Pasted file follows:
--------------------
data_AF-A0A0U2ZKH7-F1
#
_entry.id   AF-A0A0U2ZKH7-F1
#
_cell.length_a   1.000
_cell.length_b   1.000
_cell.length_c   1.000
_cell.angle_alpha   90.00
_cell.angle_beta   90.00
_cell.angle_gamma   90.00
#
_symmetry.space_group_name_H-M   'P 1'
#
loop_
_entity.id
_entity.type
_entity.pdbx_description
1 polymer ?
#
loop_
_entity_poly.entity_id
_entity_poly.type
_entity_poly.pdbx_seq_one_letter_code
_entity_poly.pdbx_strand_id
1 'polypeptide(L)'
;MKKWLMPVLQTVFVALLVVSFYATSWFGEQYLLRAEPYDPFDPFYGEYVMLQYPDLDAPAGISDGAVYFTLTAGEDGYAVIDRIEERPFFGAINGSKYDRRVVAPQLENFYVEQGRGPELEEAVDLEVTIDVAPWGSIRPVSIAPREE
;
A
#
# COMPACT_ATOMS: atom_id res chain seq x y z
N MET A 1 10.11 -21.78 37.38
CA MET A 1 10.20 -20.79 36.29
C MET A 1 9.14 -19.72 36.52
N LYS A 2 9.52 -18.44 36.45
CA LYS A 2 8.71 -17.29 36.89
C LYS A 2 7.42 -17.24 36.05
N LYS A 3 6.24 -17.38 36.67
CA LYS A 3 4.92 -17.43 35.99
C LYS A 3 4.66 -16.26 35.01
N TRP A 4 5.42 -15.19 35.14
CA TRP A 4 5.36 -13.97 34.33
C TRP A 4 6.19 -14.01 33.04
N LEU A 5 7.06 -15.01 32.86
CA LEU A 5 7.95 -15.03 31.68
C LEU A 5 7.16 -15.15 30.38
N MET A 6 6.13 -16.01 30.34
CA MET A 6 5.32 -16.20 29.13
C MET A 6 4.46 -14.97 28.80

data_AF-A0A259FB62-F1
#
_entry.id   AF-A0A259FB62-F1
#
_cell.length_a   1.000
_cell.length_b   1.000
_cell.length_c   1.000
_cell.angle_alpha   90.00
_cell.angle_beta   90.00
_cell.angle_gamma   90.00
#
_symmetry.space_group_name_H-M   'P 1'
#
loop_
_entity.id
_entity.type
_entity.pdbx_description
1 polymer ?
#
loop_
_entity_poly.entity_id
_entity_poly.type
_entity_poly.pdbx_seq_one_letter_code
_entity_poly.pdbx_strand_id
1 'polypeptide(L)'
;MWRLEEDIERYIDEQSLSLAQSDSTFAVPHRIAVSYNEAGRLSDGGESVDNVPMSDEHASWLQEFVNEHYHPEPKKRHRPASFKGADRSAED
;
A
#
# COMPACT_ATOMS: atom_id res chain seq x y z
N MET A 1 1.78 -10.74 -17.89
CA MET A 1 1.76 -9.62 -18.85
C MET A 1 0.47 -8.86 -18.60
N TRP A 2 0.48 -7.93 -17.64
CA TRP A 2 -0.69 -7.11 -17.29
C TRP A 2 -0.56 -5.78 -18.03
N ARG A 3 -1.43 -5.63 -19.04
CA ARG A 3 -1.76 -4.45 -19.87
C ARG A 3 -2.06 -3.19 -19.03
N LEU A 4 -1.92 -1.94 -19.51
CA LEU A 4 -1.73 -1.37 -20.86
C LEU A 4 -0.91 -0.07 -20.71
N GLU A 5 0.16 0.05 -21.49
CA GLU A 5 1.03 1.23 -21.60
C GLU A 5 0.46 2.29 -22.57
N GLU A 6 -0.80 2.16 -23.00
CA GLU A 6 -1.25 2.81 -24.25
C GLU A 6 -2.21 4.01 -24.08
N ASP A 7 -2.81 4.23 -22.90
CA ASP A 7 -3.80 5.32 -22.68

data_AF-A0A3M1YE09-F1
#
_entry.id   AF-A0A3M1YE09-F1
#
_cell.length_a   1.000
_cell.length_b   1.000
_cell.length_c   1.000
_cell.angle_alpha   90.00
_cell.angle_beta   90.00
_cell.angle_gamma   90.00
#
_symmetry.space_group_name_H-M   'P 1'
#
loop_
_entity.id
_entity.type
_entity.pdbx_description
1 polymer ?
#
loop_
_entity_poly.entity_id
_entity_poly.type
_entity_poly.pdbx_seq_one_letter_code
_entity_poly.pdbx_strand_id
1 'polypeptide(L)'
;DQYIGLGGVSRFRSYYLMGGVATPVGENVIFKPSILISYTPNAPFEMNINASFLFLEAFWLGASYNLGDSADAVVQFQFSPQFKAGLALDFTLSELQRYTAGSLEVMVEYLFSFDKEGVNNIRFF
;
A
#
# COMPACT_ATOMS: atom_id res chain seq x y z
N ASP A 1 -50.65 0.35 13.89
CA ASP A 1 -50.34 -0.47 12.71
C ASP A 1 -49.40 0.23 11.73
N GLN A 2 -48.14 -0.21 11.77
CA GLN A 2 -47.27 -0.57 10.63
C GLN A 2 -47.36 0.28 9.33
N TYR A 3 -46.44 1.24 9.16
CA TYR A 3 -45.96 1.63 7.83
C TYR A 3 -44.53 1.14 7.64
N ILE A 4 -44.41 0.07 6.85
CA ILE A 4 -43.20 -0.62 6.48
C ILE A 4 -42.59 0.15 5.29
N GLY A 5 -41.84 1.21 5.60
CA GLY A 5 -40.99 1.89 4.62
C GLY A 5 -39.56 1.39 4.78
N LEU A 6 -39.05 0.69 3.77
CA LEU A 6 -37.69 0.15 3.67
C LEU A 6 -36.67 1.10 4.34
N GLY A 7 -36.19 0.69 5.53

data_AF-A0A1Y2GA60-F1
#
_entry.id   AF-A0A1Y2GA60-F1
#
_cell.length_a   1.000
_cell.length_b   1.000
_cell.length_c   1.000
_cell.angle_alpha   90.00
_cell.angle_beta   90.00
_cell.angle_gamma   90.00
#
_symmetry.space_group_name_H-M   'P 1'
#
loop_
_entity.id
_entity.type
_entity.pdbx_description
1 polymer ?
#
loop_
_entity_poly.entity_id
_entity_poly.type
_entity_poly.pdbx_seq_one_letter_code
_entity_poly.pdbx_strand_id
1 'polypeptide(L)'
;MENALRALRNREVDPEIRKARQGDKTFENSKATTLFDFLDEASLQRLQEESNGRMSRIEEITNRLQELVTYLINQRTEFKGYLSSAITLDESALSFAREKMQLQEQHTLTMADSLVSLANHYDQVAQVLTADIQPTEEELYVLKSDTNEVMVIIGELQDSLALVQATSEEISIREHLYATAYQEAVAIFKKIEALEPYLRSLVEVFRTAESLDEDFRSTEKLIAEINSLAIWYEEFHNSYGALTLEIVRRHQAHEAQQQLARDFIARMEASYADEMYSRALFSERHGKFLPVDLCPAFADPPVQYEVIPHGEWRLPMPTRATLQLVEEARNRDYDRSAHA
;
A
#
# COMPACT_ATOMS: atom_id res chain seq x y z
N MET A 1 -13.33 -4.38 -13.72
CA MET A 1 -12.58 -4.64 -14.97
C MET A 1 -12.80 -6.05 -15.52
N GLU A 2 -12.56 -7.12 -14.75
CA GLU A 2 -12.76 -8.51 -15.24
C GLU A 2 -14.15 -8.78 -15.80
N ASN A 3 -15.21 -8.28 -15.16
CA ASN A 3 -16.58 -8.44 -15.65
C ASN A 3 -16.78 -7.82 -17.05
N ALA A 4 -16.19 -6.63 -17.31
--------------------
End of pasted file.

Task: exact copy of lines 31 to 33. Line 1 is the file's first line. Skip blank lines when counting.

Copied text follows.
N MET A 1 10.11 -21.78 37.38
CA MET A 1 10.20 -20.79 36.29
C MET A 1 9.14 -19.72 36.52